White folk in Utah's San Juan County claim that districts drawn to actually represent the local demographics unfairly discriminate against them.
Last year, Shelby ruled the voting districts in San Juan County, which today is home to 16,895 residents, are unconstitutional and violate the rights of American Indians. He ordered the county to redraw them.
In June, Shelby declared the county's new proposals did not meet legal mandates. He then appointed Bernard Grofman, a professor of political science at the University of California, Irvine, to redraw them.
Grofman created three potential maps for new county commission voting boundaries, and two for the school board. After a pair of public hearings in San Juan County last month, Grofman selected one map for each body.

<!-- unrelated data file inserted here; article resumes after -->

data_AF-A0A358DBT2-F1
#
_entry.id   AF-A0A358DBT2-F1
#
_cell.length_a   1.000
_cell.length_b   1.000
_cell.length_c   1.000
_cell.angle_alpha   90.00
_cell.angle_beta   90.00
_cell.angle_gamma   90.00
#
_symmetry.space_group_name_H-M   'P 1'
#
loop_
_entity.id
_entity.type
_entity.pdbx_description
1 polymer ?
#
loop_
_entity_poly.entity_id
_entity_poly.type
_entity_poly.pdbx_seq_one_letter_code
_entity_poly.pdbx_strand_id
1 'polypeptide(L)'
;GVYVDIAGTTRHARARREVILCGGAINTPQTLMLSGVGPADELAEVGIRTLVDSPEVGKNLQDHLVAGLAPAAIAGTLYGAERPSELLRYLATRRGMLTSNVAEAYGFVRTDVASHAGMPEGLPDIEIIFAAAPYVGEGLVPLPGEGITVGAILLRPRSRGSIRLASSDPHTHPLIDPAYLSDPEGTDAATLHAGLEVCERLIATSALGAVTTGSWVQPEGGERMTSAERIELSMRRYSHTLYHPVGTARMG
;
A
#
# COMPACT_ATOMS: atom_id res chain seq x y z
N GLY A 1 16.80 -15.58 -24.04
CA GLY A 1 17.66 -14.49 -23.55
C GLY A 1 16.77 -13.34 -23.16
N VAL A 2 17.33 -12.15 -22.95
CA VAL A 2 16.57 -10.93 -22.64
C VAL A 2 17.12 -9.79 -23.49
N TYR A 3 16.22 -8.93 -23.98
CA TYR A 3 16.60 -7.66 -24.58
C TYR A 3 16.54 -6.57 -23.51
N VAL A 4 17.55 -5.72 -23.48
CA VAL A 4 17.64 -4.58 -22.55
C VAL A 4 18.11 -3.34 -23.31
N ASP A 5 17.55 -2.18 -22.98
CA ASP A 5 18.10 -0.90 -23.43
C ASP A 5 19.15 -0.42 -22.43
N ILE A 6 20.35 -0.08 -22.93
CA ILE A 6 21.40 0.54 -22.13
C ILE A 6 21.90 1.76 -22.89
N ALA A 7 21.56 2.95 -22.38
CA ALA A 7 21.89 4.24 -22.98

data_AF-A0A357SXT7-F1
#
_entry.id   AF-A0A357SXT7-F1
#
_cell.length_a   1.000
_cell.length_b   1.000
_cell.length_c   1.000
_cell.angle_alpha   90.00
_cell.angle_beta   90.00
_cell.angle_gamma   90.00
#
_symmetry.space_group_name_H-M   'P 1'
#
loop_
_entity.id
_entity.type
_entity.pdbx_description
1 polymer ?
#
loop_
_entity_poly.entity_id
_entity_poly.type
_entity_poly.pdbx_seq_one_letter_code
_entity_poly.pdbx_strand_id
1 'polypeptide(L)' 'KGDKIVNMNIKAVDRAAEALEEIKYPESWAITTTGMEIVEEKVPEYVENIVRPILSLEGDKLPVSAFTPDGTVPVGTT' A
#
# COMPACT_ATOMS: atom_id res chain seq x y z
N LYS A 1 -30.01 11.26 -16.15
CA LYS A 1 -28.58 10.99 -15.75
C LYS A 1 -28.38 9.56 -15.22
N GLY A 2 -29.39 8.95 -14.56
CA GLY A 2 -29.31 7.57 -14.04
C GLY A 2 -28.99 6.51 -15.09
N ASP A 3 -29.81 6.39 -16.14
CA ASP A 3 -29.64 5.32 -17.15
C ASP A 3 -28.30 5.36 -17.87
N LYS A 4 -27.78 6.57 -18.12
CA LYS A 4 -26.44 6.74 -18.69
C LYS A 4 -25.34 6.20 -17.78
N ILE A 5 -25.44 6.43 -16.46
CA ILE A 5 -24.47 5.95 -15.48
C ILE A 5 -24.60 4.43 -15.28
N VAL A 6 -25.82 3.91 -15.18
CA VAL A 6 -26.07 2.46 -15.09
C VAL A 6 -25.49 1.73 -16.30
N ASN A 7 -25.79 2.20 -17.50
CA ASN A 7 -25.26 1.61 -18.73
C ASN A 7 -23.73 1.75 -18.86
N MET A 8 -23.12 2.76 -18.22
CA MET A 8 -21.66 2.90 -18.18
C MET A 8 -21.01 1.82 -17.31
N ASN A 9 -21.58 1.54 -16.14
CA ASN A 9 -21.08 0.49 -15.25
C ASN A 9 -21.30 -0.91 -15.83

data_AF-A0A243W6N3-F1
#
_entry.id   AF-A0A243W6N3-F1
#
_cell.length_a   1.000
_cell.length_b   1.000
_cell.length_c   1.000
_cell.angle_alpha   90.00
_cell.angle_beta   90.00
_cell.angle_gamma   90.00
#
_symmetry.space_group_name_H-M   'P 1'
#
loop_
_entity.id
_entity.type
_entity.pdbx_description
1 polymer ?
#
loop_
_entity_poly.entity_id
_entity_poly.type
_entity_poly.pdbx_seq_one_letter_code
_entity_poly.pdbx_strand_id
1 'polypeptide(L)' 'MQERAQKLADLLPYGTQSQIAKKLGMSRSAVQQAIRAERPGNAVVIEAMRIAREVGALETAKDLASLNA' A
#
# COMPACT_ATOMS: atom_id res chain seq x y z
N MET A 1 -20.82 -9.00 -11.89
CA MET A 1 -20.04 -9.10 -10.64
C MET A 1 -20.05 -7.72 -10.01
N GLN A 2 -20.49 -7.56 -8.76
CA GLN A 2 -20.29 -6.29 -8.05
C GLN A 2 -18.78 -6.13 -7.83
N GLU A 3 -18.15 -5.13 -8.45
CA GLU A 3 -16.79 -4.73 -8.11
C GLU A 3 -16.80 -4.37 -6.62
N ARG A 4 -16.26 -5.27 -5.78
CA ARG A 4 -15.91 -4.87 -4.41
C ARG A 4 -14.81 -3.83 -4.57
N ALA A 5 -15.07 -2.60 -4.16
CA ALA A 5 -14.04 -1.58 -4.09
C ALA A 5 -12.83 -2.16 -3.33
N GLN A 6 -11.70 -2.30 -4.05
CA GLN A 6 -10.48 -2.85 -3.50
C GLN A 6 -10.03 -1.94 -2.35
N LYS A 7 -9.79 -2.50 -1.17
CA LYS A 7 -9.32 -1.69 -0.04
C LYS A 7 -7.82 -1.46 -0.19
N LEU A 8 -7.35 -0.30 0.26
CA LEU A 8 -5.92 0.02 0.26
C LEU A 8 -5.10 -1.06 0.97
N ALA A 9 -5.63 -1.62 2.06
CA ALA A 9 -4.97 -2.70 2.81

San Juan County is at least 50 percent American Indian and 47 percent white, according to the most recent data.
Trentadue argued Wednesday that it's unfair that 47 percent of the population should have just one representative on the commission. "It does't pass the smell test," he said.
Trentadue also maintained that Navajos vote for Democrats and that whites vote Republican. As such, the proposed "gerrymandering" is both political and racial, he said.
Nonetheless, for San Juan County's argument to hold up, Shelby said it would have to show a long-standing discrimination against white voters. Quite the contrary, the judge said, the county's history is that there has been no time when whites didn't control the county commission and school board.